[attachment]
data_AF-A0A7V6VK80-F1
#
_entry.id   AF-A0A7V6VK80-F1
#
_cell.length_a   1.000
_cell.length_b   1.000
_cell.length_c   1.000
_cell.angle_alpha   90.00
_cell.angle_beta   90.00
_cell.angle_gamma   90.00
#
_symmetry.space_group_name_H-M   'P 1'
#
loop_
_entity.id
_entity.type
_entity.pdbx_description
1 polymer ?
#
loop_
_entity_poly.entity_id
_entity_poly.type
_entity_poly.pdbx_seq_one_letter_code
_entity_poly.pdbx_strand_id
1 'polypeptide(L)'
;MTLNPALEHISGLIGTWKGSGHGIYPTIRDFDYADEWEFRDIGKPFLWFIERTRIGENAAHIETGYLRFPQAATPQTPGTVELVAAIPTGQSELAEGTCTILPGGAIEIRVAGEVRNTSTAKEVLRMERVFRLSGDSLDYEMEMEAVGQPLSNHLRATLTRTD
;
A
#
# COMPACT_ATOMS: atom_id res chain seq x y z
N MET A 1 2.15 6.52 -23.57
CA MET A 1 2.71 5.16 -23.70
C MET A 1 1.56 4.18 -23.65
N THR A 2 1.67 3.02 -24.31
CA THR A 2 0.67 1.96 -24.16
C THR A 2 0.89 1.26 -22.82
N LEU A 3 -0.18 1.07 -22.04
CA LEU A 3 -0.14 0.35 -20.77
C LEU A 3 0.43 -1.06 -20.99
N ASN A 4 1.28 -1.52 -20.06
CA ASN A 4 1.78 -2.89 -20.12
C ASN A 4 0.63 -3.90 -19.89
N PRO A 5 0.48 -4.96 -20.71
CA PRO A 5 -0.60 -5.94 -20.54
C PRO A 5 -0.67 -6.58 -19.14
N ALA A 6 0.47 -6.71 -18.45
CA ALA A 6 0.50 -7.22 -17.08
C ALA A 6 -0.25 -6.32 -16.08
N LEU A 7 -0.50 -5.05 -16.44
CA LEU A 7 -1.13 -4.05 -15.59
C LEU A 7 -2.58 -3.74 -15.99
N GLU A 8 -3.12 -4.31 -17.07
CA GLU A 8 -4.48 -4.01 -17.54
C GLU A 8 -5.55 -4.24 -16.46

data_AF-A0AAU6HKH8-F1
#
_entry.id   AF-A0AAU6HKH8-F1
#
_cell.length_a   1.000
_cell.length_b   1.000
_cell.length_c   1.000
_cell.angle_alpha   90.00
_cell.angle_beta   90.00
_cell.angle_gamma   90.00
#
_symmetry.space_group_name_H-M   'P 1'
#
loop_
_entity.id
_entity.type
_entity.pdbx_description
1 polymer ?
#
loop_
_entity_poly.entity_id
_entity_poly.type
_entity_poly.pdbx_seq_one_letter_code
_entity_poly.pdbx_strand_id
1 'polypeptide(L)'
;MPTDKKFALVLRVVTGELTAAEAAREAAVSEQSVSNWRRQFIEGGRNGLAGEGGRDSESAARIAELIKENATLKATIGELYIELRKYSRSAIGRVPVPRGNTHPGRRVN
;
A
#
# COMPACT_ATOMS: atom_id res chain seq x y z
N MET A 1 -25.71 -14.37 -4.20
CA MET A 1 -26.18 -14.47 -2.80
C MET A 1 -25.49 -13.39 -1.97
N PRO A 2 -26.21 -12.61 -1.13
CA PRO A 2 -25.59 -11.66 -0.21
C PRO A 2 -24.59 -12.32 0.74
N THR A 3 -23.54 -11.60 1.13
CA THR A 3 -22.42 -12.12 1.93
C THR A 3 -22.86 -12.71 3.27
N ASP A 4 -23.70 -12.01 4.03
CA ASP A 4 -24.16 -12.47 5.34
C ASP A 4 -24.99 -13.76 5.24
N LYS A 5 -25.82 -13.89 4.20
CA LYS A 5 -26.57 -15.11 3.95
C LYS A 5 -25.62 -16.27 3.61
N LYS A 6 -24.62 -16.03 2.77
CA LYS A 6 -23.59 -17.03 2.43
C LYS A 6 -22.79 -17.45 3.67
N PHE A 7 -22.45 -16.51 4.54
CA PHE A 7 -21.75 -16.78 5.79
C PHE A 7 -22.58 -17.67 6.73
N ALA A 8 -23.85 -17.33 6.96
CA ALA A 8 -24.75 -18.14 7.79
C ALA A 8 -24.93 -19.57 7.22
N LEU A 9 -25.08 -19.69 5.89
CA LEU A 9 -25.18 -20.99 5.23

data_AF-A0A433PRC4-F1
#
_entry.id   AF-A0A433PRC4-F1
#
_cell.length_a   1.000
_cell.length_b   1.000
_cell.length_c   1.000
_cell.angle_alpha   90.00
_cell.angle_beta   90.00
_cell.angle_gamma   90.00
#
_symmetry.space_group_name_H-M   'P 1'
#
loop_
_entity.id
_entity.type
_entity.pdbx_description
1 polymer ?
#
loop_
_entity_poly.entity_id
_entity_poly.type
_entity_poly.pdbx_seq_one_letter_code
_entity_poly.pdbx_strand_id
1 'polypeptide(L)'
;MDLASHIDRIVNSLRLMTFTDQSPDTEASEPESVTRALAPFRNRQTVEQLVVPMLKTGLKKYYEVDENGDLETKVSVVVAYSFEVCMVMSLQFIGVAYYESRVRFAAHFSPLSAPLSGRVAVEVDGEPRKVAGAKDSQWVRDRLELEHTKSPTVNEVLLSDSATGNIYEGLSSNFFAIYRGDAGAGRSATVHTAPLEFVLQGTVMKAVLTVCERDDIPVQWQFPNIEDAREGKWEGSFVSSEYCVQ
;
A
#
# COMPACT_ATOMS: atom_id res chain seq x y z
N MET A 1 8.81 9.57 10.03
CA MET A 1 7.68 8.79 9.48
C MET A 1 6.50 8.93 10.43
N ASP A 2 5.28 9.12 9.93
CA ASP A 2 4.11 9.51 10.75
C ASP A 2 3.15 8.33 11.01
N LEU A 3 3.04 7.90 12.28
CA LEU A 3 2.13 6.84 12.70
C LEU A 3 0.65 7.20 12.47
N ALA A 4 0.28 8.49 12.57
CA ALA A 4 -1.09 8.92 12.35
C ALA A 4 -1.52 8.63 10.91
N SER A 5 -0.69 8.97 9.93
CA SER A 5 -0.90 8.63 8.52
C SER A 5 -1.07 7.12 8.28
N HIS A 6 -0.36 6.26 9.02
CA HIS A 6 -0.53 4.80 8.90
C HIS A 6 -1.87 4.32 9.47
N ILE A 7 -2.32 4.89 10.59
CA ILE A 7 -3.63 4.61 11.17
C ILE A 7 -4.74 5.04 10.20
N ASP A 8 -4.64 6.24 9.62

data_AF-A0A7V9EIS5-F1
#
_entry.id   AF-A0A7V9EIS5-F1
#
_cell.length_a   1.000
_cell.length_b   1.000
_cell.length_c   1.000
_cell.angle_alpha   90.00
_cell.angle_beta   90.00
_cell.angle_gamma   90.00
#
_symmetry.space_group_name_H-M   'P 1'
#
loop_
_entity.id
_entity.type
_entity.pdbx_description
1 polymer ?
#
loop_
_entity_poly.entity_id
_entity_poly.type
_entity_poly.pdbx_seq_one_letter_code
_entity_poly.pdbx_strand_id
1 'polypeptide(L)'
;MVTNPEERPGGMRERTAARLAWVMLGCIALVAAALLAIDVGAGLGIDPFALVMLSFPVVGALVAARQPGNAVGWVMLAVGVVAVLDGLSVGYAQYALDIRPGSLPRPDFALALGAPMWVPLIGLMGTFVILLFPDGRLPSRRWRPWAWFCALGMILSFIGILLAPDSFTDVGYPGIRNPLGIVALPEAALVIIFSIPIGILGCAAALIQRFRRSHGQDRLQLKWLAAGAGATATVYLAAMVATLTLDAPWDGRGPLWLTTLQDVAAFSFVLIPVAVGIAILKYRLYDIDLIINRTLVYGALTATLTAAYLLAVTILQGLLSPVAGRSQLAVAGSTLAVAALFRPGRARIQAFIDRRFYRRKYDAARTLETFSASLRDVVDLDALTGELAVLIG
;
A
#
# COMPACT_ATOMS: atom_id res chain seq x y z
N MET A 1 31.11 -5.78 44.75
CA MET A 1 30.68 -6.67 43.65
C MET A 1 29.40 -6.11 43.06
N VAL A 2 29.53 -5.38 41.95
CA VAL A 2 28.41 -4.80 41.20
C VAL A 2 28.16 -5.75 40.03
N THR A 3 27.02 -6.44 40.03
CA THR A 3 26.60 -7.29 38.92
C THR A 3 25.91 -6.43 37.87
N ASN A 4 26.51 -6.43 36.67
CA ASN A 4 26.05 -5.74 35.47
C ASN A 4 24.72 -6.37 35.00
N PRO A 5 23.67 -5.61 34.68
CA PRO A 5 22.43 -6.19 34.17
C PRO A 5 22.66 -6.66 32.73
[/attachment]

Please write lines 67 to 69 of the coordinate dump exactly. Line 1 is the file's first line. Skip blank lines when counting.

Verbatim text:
#
loop_
_entity.id